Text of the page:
A broken femur can have a dramatic impact on your ability to function normally. It is the strongest bone in the body and plays a critical role in allowing you to move and stand. Importantly, if suffered a broken femur because of somebody else’s negligence, you could be compensated for the suffering you had to endure. In this guide, we’ll look at how much compensation for a broken femur might be awarded. We’ll also review the types of accidents that could cause a broken femur and explain the claims process for you.
To talk to us right away about the process of claiming compensation for a broken femur, please call our team on 0800 6524 881 today. Alternatively, please continue reading for more information on broken femur compensation claims.
Table of contents
- What Is The Role Of The Femur Bone?
- Am I Eligible To Claim Compensation For A Broken Femur?
- Common Causes Of Broken Femur Compensation Claims
- How Much Compensation Will I Get For A Broken Femur?
- Evidence To Support A Broken Femur Compensation Claim
- Broken Femur Claim Time Limits
- Starting The Broken Femur Compensation Claims Process
The femur, or thighbone, is the longest bone in the body. The top of the femur forms a ball (the femoral head) that locks into the hip joint. As well as being a strong bone that helps you to stand and walk, the femur is connected to various tendons, muscles and nerves. The distal end of the femur connects to the patella (knee cap).
If your femur has been broken, doctors will assess your injury to identify the type of fracture. This is an important step in trying to ensure you recover as fully as possible. Some of the most common femur fractures include:
- Open femur fracture – where the broken bone pierces the skin.
- Transverse femur fracture – a horizontal clean break of the femur bone.
- Spiral fracture – where the fracture travels around the femur bone. This type of fracture is usually caused by a twisting motion.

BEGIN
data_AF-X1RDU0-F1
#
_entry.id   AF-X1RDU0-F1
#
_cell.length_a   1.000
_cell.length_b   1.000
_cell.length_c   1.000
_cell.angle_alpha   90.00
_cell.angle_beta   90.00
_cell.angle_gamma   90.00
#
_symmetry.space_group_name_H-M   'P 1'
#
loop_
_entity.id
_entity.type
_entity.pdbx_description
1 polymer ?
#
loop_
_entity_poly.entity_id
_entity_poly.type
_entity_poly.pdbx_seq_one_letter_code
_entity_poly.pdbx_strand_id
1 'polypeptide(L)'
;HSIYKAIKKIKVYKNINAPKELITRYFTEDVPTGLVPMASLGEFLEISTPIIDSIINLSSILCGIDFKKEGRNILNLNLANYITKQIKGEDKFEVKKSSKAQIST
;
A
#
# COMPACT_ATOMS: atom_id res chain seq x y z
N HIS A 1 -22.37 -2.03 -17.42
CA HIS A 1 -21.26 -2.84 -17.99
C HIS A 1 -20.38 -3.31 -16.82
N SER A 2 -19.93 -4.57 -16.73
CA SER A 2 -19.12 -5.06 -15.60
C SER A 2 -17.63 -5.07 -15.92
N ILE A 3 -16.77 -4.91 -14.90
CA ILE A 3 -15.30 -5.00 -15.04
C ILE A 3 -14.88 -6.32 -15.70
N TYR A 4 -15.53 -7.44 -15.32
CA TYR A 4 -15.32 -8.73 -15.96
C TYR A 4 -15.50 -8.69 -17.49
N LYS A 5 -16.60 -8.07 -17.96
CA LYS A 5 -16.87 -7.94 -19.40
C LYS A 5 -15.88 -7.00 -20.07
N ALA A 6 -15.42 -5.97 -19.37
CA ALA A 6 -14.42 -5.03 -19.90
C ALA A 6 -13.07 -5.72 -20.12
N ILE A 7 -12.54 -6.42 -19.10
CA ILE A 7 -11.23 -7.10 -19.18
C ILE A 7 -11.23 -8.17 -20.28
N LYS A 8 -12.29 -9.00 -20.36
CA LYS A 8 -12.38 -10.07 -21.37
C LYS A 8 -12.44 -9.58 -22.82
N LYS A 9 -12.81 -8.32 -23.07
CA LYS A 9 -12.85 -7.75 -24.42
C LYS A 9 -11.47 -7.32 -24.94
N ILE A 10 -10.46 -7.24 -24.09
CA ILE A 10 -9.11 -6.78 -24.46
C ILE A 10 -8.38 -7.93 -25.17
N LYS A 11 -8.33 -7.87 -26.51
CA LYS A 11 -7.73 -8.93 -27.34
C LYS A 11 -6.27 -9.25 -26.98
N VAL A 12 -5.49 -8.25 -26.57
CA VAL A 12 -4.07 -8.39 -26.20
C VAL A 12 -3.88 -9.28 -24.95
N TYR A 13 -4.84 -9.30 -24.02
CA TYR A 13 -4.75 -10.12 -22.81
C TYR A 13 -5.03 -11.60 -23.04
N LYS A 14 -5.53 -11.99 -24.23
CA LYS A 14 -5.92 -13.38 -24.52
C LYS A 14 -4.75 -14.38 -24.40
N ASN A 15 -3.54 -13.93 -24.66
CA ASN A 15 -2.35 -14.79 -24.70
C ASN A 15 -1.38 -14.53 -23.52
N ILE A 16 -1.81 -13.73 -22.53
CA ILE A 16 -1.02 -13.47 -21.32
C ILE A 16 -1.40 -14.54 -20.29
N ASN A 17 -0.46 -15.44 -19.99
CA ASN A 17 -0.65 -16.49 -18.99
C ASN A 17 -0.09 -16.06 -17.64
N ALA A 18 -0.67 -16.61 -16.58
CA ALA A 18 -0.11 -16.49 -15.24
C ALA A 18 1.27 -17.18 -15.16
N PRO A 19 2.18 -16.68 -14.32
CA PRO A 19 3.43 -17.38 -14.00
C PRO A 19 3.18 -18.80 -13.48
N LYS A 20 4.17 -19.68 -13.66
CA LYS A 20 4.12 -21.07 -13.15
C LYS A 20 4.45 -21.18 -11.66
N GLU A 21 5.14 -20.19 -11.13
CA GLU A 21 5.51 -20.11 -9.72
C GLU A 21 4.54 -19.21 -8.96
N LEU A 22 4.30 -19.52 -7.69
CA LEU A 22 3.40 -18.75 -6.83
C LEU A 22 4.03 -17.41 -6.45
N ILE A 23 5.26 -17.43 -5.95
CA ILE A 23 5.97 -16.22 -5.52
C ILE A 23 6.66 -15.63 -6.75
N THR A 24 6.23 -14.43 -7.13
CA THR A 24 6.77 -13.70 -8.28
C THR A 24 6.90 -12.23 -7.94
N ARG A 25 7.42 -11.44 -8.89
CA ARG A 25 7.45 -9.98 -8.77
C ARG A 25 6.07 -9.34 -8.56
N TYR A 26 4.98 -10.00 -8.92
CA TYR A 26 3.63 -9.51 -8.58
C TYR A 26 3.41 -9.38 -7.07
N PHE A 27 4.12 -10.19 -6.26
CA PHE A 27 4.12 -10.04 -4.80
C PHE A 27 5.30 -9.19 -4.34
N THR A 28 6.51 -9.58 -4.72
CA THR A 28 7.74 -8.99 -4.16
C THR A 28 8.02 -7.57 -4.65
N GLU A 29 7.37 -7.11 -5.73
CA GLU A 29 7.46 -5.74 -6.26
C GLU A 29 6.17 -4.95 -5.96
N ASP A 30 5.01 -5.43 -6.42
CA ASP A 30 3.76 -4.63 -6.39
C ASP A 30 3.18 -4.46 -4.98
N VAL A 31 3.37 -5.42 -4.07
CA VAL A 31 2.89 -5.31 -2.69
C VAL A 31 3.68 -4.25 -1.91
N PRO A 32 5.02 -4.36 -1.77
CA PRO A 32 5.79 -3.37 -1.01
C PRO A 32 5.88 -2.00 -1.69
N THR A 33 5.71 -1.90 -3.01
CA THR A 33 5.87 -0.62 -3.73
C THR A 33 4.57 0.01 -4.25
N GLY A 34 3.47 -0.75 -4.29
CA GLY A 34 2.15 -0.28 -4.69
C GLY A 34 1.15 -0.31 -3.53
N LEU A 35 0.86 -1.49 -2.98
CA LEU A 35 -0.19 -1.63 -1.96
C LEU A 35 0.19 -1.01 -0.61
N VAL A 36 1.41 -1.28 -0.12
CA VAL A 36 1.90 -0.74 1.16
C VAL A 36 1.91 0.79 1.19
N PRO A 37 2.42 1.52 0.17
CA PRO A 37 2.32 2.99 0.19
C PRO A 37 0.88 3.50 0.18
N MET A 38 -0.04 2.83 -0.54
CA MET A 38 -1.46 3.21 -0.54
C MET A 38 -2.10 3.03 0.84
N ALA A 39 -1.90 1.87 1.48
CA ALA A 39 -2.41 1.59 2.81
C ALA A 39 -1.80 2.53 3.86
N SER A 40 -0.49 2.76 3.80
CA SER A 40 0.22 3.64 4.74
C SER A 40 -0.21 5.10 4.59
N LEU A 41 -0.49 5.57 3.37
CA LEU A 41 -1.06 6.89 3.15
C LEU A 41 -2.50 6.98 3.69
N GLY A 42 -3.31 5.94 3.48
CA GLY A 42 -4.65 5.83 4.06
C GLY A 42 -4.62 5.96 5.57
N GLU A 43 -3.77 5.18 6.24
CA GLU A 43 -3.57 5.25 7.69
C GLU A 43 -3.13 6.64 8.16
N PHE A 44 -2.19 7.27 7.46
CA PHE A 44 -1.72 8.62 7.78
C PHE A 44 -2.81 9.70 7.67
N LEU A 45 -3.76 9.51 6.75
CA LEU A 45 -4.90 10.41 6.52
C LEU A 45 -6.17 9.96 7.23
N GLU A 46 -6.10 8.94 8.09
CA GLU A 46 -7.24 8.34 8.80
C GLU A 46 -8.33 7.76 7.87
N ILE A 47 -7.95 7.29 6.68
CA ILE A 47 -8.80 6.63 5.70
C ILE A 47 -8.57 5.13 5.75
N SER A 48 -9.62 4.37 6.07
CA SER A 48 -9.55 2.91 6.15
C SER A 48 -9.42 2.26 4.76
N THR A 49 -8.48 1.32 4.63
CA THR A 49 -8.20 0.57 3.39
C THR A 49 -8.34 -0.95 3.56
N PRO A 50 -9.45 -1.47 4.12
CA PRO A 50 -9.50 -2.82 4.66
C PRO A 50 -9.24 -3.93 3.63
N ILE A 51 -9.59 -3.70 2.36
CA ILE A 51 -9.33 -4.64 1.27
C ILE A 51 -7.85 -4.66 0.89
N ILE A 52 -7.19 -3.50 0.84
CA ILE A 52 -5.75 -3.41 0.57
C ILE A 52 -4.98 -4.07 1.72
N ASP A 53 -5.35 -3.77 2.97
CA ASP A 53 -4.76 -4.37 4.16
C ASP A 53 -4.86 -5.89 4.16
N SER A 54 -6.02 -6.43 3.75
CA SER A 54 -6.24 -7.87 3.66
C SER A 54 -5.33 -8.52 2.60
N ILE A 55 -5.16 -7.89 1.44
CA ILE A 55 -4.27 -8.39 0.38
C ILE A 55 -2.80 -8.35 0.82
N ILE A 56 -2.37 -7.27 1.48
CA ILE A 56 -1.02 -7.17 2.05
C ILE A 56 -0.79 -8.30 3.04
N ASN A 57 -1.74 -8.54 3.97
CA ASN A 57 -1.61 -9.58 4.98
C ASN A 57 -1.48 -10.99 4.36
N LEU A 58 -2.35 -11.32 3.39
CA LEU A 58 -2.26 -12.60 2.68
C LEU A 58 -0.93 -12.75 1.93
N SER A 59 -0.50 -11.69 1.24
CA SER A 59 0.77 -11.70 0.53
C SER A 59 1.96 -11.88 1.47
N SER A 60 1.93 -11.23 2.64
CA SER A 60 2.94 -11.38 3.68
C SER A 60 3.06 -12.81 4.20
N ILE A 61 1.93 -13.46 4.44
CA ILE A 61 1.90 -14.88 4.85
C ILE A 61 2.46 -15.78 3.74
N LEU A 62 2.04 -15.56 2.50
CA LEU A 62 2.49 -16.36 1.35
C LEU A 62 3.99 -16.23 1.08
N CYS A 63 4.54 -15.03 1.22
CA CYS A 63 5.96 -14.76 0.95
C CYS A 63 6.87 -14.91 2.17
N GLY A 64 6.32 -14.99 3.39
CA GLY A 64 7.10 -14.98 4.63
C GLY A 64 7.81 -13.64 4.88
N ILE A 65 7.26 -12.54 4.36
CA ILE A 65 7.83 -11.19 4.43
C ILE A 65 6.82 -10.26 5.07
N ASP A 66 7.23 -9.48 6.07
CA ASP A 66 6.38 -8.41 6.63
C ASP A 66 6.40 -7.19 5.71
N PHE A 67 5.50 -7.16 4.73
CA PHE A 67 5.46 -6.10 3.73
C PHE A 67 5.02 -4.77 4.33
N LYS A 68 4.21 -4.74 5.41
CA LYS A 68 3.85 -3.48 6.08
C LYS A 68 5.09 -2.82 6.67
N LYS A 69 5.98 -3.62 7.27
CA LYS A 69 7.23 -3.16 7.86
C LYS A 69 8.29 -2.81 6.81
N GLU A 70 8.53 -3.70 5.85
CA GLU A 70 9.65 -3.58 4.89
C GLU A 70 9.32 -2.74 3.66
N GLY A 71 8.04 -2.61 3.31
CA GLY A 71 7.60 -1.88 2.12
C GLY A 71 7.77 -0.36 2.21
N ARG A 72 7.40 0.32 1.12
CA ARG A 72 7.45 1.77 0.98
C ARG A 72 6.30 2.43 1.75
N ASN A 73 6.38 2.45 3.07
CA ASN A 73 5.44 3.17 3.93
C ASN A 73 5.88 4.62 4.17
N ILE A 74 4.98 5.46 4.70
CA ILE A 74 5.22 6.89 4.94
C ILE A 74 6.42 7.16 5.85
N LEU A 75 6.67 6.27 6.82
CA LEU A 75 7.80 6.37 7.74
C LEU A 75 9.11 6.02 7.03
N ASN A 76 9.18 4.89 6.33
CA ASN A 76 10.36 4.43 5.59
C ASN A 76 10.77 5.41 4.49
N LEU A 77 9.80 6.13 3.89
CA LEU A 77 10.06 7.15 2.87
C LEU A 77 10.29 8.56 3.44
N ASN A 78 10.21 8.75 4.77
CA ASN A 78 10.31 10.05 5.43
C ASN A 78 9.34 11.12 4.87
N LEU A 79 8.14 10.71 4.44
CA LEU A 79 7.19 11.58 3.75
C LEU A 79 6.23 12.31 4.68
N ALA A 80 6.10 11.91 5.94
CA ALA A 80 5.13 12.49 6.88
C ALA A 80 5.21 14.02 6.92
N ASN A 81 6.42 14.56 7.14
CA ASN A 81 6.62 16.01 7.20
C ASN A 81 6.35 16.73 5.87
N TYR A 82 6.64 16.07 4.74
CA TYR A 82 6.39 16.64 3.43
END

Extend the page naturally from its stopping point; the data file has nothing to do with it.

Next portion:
- Oblique femur fracture – an angled fracture across the femur shaft.
- Comminuted femur fracture – the bone will have fractured into three (or more) pieces.
While some femur fractures might only affect you for a matter of weeks, more complicated fractures can be life-changing and result in long-term injuries. The impact of your fracture will determine how much compensation you’d get for a broken femur if your claim is successful.
The symptoms caused by a broken or fractured femur will depend on the type of break but are likely to include:
- Severe pain.
- Inability to put weight on the leg.
- Bone protruding through the skin.
- Swelling in the thigh area.
- The broken leg may become smaller than the other leg.
Due to the way it’s connected, a broken femur can also lead to a fractured hip injury. This can heighten the pain and amount of discomfort you’ll suffer and will have an impact on your recovery time.
Our solicitors will always try to help as many claimants as possible but can only take on claims that have a realistic chance of being won. Therefore, before taking on a broken femur compensation claim, they’ll check whether:
- The defendant (the party you blame) had a duty of care towards you; and
- Their negligence caused an accident; and
- You broke your femur in that accident.
Proving that a duty of care existed is something your solicitor will help with. They’ll check various pieces of legislation such as the Health and Safety at Work Act 1974, the Road Traffic Act 1988 or the Occupiers Liability Act 1984 to do this. Therefore, your main role will be to prove how you broke your femur and who was to blame. We’ll look at the evidence you can use to do this shortly.
There are many ways in which you could break a femur bone and, if the accident was somebody else’s fault, could mean you’re eligible to claim compensation. Some of the most common causes of broken femurs resulting in a compensation claim include:
- Road traffic accidents. The femur can be broken if your foot was trapped and twisted during a car crash. The bone can also be fractured by the force of the collision. Cyclists and motorcyclists often break bones in their legs if they’re knocked off of their bikes.
- Accidents at work. Your employer has a duty of care to try and keep you safe at work. Therefore, if your femur was fractured by a faulty machine, following an accident with a forklift or following a fall from height, you may have grounds to claim compensation for a broken femur.